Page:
The main reason most people hire an attorney to create a will or trust is to make their wishes known and provide for their heirs in the event of their passing. But another crucial aspect of estate planning is to ensure that the responsibility for carrying out those wishes is assigned to the right person. If the decision around selecting an executor or estate administrator is not made carefully, the consequences can be very unfortunate.
An elderly woman was the last remaining heir of an estate left to her by her father. She had no children. It was reported this week that since her death last year, at 104 years of age, a judge has found evidence of tax fraud perpetrated by here estate administrators. The details of her will were not reported.
The deceased heiress was the sole surviving child of William A. Clark, who was once of the richest men in our country. Clark was a copper magnate, who spent years in Butte, Montana, and created Las Vegas as a stopover point for his railroads that ran between Los Angeles and Salt Lake City. Clark was also a U.S. senator, and according to the news report, was accused of buying his Senate seat, leading to a constitutional amendment regarding how senators are elected.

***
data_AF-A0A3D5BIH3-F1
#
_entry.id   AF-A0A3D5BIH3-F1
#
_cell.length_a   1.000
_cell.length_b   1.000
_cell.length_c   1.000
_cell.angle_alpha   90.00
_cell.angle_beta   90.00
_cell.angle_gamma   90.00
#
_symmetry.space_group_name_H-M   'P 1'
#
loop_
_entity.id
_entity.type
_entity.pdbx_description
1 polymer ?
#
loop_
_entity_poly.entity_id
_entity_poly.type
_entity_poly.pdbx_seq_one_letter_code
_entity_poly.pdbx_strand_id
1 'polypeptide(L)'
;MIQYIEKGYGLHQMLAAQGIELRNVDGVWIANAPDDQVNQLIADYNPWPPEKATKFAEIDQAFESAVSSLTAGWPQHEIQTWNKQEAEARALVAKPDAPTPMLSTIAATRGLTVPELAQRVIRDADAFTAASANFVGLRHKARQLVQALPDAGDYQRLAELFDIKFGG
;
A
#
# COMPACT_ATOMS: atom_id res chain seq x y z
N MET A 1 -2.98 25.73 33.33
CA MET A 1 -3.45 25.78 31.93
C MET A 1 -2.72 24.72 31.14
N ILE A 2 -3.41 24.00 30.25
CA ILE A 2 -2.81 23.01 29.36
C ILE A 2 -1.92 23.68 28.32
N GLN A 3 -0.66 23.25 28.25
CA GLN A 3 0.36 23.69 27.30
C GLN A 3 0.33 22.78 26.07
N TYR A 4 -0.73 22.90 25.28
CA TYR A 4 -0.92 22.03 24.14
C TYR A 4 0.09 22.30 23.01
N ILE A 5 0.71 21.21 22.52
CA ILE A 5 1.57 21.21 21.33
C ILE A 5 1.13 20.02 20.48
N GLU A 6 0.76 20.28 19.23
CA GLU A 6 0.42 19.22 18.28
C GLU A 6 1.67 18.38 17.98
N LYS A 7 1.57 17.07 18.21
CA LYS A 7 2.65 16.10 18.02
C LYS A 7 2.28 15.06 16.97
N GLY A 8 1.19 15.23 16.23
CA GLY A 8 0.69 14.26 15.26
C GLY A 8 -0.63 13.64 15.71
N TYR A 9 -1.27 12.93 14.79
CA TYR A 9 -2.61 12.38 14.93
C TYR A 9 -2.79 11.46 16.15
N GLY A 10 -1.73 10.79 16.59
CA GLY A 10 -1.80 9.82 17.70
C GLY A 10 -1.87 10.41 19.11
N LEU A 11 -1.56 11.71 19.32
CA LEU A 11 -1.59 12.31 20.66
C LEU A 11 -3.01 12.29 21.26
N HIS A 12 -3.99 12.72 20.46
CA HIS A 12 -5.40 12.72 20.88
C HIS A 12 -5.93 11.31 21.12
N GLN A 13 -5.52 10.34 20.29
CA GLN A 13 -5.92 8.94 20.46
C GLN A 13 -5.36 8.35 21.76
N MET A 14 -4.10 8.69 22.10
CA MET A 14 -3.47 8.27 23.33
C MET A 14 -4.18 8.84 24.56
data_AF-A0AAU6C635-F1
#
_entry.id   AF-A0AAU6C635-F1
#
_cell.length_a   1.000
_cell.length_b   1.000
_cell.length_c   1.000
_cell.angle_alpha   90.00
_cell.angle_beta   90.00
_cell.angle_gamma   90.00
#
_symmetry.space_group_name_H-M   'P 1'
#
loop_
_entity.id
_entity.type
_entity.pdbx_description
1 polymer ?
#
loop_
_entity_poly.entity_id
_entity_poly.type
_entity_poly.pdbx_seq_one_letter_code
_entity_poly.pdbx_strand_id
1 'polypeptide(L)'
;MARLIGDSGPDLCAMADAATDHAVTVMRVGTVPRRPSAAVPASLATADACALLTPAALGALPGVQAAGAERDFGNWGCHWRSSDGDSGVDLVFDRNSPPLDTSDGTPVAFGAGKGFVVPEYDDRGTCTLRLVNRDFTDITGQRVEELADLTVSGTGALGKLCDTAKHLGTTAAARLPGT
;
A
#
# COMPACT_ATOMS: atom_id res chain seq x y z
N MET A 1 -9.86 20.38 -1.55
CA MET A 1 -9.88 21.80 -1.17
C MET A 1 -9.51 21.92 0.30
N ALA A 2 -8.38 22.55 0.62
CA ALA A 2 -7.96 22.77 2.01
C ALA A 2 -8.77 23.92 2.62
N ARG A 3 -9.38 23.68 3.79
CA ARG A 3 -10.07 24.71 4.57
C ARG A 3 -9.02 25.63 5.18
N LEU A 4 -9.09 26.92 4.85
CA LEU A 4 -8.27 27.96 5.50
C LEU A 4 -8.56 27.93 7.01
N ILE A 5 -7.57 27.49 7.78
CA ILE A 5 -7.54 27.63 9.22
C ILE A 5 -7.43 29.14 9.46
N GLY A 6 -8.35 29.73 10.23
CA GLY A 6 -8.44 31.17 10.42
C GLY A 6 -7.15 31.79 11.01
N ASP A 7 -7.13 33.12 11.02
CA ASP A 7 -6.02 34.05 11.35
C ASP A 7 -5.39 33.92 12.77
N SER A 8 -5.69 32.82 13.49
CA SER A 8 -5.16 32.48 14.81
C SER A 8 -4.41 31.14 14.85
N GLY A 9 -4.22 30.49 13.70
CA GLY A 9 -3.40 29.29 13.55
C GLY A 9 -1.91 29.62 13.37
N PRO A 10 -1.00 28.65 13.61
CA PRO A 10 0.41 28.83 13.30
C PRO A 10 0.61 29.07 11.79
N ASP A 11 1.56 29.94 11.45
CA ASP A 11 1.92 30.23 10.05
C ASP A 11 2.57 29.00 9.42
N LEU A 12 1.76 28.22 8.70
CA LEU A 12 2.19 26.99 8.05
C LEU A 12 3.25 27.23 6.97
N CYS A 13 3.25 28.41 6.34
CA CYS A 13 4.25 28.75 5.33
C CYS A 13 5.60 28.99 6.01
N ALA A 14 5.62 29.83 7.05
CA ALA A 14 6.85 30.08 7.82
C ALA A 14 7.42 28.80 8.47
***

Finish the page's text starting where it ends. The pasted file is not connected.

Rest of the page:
He spent the last 20 years of his life managing his business interests and investing in art. Clark died in 1925, leaving an estate valued at $200 million.
After Clark’s wife died, their daughter became a recluse, seldom leaving her home. She eventually moved into a hospital at some point during the 1980s and lived there, for more than 20 years, until the time of her death. The report did not state her mental capabilities or the terms of her estate planning, other than the estate’s value was estimated at $400 million.
Her two estate administrators were both suspended last week after a judge found evidence of $90 million in unpaid federal gift taxes and IRS penalties. Both estate administrators have denied any wrongdoing.
While this incident involves a substantial estate, individuals and families of more modest means can also benefit from this example of the fact that choosing reputable estate administrators is critical to ensuring your wishes are carried out.
Source: The Washington Times, “Montana mansion holds legacy of copper king,” Nicholas K. Geranios, March 1, 2012